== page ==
If you find yourself thinking something such as, “I always mess everything up,” replace it with something more realistic such as, “Sometimes I make mistakes but I learn from them.”

    There’s no need to make your thoughts unrealistically positive, but instead, make them more realistic.

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    6. Establish and Work Toward Goals

    It’s easier to be positive about problems and setbacks when you have goals that you’re working toward. Goals will give you motivation to overcome those obstacles when you encounter problems along the way. Without clear goals, it’s harder to make decisions and gauge your progress.

    Learn to set SMART goals to help you achieve more.

    7. Consider the Consequences of Negativity

    Spend some time thinking about the consequences of negative thinking. Often, it can become a self-fulfilling prophecy.

    For example, a person who thinks, “I probably won’t get this job interview,” may put less effort into the interview. As a result, he may decrease his chances of getting the job.

    Create a list of all the ways negative thinking impacts your life. It likely influences your behavior, your relationships, and your feelings. Then, create a list of the ways in which positive thinking could be beneficial.

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    8. Offer Compliments to Others

    Look for reasons to compliment others. Be genuine in your praise and compliments, but offer it frequently. This will help you look for the good in other people.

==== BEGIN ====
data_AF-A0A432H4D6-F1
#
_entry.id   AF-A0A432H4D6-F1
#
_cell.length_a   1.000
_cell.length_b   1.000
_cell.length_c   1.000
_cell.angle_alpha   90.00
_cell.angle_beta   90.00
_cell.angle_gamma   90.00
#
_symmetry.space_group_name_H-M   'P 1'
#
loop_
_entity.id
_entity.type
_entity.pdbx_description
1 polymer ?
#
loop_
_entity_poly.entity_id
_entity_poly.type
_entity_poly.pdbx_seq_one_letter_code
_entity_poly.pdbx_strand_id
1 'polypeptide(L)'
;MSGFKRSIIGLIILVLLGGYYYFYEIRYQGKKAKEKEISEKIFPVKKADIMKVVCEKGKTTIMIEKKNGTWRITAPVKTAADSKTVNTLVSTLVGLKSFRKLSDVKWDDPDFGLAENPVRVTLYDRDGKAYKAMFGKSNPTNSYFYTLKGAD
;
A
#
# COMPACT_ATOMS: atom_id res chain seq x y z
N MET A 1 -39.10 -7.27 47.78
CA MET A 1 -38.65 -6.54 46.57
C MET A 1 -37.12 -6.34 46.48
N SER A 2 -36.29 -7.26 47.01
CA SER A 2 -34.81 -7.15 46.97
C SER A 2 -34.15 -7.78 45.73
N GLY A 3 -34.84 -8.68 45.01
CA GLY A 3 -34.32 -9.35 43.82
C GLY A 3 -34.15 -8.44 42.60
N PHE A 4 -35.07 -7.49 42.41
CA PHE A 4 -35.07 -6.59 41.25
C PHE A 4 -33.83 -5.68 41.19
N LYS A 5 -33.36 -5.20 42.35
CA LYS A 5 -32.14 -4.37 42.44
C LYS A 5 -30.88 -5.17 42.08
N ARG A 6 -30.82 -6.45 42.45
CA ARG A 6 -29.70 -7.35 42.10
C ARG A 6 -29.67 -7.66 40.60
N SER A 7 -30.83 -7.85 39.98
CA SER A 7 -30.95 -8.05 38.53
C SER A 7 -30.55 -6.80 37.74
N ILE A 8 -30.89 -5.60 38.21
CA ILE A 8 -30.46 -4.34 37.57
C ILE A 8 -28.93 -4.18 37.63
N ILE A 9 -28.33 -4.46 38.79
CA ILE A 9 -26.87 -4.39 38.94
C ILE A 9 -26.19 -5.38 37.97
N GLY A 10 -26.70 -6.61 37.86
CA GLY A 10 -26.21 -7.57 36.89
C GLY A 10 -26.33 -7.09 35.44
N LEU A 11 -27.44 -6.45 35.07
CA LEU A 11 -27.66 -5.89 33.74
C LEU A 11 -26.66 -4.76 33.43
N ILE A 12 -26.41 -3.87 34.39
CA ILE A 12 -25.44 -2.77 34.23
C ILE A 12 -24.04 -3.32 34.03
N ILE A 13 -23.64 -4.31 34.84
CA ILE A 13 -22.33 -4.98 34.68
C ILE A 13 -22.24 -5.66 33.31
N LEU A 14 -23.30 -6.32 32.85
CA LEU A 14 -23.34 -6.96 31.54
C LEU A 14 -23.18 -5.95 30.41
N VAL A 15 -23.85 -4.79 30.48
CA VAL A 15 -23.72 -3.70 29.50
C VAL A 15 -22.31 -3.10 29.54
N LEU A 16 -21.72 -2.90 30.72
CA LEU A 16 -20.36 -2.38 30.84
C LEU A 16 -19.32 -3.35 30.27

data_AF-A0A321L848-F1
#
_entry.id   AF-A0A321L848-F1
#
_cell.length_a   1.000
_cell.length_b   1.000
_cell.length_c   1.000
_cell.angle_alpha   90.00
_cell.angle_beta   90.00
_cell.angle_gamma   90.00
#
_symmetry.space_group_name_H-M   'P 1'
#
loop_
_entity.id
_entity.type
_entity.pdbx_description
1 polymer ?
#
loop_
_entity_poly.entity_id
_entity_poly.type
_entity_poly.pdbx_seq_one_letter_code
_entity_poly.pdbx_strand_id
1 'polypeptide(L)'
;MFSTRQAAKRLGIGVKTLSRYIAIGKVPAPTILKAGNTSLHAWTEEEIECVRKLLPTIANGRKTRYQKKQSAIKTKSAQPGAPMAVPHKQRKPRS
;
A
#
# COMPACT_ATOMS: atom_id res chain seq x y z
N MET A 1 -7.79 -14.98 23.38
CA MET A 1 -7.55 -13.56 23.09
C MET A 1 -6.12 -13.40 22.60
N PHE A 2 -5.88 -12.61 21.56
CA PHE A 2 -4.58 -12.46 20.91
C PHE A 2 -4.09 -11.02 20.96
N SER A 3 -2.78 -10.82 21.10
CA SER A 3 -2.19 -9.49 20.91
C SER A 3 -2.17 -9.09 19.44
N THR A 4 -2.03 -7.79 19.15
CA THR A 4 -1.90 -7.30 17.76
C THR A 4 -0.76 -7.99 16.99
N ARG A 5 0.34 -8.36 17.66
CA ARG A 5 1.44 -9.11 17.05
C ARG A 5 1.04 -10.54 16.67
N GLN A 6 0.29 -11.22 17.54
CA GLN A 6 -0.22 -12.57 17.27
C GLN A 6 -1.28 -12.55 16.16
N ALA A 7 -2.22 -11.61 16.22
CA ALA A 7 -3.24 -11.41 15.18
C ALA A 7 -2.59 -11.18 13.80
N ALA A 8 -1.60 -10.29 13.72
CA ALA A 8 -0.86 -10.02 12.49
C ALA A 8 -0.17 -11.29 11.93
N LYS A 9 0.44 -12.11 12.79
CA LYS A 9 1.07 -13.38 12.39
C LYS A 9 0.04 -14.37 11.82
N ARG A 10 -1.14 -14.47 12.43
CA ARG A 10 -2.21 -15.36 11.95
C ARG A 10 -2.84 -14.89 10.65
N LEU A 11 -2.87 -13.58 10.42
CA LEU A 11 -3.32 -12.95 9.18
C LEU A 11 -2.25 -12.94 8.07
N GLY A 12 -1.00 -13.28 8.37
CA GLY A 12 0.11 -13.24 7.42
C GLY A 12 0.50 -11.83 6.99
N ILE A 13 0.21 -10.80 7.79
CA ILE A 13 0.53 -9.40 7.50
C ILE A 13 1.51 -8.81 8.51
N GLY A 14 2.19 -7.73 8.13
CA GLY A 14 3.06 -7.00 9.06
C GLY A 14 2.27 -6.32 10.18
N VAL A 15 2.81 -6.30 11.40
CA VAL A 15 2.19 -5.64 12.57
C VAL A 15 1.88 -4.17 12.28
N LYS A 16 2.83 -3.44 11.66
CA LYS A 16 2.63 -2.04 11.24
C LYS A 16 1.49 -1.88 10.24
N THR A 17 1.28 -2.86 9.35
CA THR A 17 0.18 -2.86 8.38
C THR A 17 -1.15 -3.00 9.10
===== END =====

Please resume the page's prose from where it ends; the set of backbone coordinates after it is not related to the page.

9. Create a Daily Gratitude List

    If you start keeping a daily gratitude list, you’ll start noticing exactly how much you have to be thankful for. This can help you focus on the positive in your life instead of thinking about all the bad things that have happened in the day.

    Getting in the habit of showing an attitude of gratitude makes positive thinking more of a habit. Here’re 40 Simple Ways To Practice Gratitude.

    10. Practice Self-Care

    Take good care of yourself and you’ll be more equipped to think positively.

    Get plenty of rest and exercise and practice managing your stress well. Taking care of your physical and mental health will provide you with more energy to focus on positive thinking.

    Learn about these 30 Self-Care Habits for a Strong and Healthy Mind, Body and Spirit.

    More Tips for Staying Positive

    Featured photo credit: DESIGNECOLOGIST via unsplash.com